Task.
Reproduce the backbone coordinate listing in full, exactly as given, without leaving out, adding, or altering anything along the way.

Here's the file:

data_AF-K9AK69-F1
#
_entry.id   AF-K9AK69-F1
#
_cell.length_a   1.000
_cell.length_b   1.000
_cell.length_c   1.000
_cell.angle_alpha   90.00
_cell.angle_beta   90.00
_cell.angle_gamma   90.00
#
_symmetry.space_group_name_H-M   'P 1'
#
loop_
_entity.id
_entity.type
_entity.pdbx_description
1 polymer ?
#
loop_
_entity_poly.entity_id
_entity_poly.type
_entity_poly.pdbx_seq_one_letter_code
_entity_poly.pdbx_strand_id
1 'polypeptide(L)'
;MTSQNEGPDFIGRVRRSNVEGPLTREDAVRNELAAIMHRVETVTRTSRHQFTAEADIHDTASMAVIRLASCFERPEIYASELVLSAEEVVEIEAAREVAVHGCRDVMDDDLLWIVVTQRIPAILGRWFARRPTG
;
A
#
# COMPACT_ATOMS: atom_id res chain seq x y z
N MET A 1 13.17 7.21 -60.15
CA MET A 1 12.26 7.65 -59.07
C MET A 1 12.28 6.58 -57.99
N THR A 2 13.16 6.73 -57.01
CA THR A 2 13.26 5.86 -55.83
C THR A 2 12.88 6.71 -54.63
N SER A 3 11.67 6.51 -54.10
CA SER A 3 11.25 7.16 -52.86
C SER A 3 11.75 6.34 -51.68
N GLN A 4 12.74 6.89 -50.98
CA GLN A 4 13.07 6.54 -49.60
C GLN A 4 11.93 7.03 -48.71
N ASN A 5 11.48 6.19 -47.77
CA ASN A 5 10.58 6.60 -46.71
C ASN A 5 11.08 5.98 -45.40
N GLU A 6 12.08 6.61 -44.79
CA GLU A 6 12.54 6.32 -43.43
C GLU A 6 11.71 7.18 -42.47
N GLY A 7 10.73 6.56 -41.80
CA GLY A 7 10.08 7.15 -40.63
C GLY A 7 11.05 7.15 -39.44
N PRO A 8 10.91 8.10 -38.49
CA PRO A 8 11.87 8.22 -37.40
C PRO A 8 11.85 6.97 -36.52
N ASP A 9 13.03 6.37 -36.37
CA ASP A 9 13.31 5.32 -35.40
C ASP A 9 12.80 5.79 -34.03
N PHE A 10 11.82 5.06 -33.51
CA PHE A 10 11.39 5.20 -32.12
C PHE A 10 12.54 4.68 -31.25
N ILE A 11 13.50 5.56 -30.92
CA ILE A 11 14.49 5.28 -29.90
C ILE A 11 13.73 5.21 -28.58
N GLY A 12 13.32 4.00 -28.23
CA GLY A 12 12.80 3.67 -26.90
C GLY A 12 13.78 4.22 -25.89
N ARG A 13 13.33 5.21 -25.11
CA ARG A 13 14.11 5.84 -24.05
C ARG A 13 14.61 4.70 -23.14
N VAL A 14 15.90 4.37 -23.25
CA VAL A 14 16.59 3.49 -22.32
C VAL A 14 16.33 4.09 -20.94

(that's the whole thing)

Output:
data_AF-K9AK69-F1
#
_entry.id   AF-K9AK69-F1
#
_cell.length_a   1.000
_cell.length_b   1.000
_cell.length_c   1.000
_cell.angle_alpha   90.00
_cell.angle_beta   90.00
_cell.angle_gamma   90.00
#
_symmetry.space_group_name_H-M   'P 1'
#
loop_
_entity.id
_entity.type
_entity.pdbx_description
1 polymer ?
#
loop_
_entity_poly.entity_id
_entity_poly.type
_entity_poly.pdbx_seq_one_letter_code
_entity_poly.pdbx_strand_id
1 'polypeptide(L)'
;MTSQNEGPDFIGRVRRSNVEGPLTREDAVRNELAAIMHRVETVTRTSRHQFTAEADIHDTASMAVIRLASCFERPEIYASELVLSAEEVVEIEAAREVAVHGCRDVMDDDLLWIVVTQRIPAILGRWFARRPTG
;
A
#
# COMPACT_ATOMS: atom_id res chain seq x y z
N MET A 1 13.17 7.21 -60.15
CA MET A 1 12.26 7.65 -59.07
C MET A 1 12.28 6.58 -57.99
N THR A 2 13.16 6.73 -57.01
CA THR A 2 13.26 5.86 -55.83
C THR A 2 12.88 6.71 -54.63
N SER A 3 11.67 6.51 -54.10
CA SER A 3 11.25 7.16 -52.86
C SER A 3 11.75 6.34 -51.68
N GLN A 4 12.74 6.89 -50.98
CA GLN A 4 13.07 6.54 -49.60
C GLN A 4 11.93 7.03 -48.71
N ASN A 5 11.48 6.19 -47.77
CA ASN A 5 10.58 6.60 -46.71
C ASN A 5 11.08 5.98 -45.40
N GLU A 6 12.08 6.61 -44.79
CA GLU A 6 12.54 6.32 -43.43
C GLU A 6 11.71 7.18 -42.47
N GLY A 7 10.73 6.56 -41.80
CA GLY A 7 10.08 7.15 -40.63
C GLY A 7 11.05 7.15 -39.44
N PRO A 8 10.91 8.10 -38.49
CA PRO A 8 11.87 8.22 -37.40
C PRO A 8 11.85 6.97 -36.52
N ASP A 9 13.03 6.37 -36.37
CA ASP A 9 13.31 5.32 -35.40
C ASP A 9 12.80 5.79 -34.03
N PHE A 10 11.82 5.06 -33.51
CA PHE A 10 11.39 5.20 -32.12
C PHE A 10 12.54 4.68 -31.25
N ILE A 11 13.50 5.56 -30.92
CA ILE A 11 14.49 5.28 -29.90
C ILE A 11 13.73 5.21 -28.58
N GLY A 12 13.32 4.00 -28.23
CA GLY A 12 12.80 3.67 -26.90
C GLY A 12 13.78 4.22 -25.89
N ARG A 13 13.33 5.21 -25.11
CA ARG A 13 14.11 5.84 -24.05
C ARG A 13 14.61 4.70 -23.14
N VAL A 14 15.90 4.37 -23.25
CA VAL A 14 16.59 3.49 -22.32
C VAL A 14 16.33 4.09 -20.94